Jarmo Eskelinen discusses the University of Edinburgh’s response to the Scottish Government’s Tech Ecosystem review.
In August 2020, the Scottish Government published its review of Scotland’s tech ecosystem, prepared by Mark Logan (ex-Skyscanner). Few Scottish Government publications have created as much buzz. No wonder; it presents a tantalising glimpse into a bright future for the Scottish economy.
The review was commissioned in the middle of the first lockdown and aimed to assess how the technology sector could support Scotland’s recovery from the pandemic, but its recommendations reach further – they are ‘strategic’ in nature rather than ‘tactical’. It’s important to implement the recommendations in a holistic way, to push our tech ecosystem over the ‘tipping point’ and maximise the benefit.
It was a privilege to lead the University of Edinburgh and City Region Deal’s response to the report and we’re keen to continue discussion with government as plans emerge from the review.
As Mark Logan points out, universities are an exceptional asset to the Scottish Tech Ecosystem since we have a superb higher education cluster. Scottish Universities are a source of world-class research, support for accelerator activity, and generate intellectual property and talent across most of the key domains.
For its part, the University of Edinburgh has been the leading contributor to the evolution of the thriving start-up scene of the capital city, in collaboration with venture funders, accelerators and incubators, such as CodeBase.
We bring world-class talent into the region – ambitious students from across the world, and researchers who launch tech start-ups and help organisations to solve scientific, technological and societal challenges.
But there’s more. Thanks to the Data-Driven Innovation (DDI) initiative of the City Region Deal, we’re better placed than ever to work collaboratively within our region. The five Data-Driven Innovation Hubs (Bayes Centre, Edinburgh Futures Institute, Usher Institute, Roslin Institute, and National Robotarium with Heriot-Watt University) are innovation centres supported by the massive-scale data storage and processing capacity of the world-class Edinburgh International Data Facility.
Together with a network of partners, they form an excellent platform for incubating and scaling tech ventures and connecting them to a robust talent pipeline. Early results are impressive – after the first two years, over 1100 jobs have been created through construction and innovation activities and the industry has invested £61.7m to DDI projects, and 42 start-ups have been launched or scaled up through activities such as Engage Invest Exploit (EIE) programme.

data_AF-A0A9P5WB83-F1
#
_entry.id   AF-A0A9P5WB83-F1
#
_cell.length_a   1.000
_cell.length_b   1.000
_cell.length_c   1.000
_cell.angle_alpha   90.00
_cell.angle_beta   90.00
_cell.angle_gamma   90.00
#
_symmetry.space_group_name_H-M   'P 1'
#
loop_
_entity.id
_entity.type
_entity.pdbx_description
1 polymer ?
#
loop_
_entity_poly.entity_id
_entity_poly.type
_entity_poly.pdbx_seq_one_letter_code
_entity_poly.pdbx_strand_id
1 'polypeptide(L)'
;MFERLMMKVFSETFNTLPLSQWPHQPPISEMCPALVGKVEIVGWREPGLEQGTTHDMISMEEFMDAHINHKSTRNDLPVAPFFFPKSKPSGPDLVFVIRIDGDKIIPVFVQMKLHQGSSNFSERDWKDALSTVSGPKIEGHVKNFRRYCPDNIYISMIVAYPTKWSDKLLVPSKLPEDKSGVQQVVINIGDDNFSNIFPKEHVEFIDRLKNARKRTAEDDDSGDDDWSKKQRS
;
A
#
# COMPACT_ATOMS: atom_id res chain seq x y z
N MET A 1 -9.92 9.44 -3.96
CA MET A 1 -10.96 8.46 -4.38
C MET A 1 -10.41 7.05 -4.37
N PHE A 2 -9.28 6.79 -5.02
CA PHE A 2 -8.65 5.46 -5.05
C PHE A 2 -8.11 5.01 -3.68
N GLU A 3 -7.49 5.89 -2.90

The challenges of ‘doing innovation’ should not be underestimated. The tech sector changes fast, and the tech ecosystem of tomorrow will be different from the one of today – we must future-proof it. As educational institutions, universities can have a vital role in this, ensuring
our tech community is diverse and inclusive, and combining entrepreneurship with cutting-edge science.
In our experience, even the initial process of securing funding for large innovation projects can take up to three years. That’s why it’s vitally important for us to work together and strengthen our profile as a global destination for talent and investment.
In our response to the Scottish Government, we propose universities to join forces and develop a nation-wide plan to address these challenges, in collaboration between the Scottish Government, the Scottish Funding Council, and the private sector.
Scottish Universities are already at the intersections of entrepreneurial, innovative and technology-driven activity. We look forward to working with partners to push our tech ecosystem over that tipping point.
Visit the DDI website at ddi.ac.uk
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